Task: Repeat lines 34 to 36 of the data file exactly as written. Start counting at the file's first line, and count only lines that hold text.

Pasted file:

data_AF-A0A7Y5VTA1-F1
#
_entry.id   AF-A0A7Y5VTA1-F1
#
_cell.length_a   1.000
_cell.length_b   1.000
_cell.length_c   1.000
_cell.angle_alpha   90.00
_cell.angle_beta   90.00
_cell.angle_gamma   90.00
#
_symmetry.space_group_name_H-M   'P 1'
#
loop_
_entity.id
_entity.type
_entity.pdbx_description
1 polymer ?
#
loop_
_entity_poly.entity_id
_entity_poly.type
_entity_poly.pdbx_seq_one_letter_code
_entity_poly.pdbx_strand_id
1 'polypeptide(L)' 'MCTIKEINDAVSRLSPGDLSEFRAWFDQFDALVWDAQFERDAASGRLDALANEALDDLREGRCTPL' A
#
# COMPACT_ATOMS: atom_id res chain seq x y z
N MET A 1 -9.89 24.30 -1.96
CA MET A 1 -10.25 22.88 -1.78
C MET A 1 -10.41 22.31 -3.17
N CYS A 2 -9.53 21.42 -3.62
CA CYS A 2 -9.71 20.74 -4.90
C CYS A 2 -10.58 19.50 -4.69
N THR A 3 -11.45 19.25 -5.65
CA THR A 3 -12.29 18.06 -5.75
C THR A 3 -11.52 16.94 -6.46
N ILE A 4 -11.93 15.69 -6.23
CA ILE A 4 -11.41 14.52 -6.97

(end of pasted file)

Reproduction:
N THR A 3 -11.45 19.25 -5.65
CA THR A 3 -12.29 18.06 -5.75
C THR A 3 -11.52 16.94 -6.46